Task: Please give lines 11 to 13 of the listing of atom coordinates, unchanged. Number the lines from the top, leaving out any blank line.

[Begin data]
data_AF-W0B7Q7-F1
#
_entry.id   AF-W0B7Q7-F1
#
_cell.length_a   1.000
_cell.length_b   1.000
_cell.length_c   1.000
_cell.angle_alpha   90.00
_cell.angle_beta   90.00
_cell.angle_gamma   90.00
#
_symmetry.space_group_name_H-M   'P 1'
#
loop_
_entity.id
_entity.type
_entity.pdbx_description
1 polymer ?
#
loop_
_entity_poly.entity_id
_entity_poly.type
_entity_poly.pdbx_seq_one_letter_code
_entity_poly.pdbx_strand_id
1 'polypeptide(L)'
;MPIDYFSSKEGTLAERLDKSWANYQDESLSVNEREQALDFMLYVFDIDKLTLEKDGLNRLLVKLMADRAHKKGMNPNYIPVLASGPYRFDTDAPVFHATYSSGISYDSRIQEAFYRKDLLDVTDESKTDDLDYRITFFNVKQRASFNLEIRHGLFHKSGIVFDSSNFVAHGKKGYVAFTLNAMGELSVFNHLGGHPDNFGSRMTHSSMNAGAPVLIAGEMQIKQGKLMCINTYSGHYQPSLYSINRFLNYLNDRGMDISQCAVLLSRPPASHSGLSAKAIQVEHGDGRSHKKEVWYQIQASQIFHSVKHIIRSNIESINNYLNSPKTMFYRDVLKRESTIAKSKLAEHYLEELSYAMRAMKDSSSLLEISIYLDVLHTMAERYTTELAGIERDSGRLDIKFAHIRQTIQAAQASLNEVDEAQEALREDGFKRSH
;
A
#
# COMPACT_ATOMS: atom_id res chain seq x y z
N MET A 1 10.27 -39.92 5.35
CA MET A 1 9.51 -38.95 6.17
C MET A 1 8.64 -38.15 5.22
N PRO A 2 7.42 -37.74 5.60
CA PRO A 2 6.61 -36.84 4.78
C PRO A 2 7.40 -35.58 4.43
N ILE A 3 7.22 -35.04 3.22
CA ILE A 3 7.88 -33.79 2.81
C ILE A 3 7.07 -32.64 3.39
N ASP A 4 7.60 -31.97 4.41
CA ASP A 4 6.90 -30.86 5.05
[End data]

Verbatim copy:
#
_symmetry.space_group_name_H-M   'P 1'
#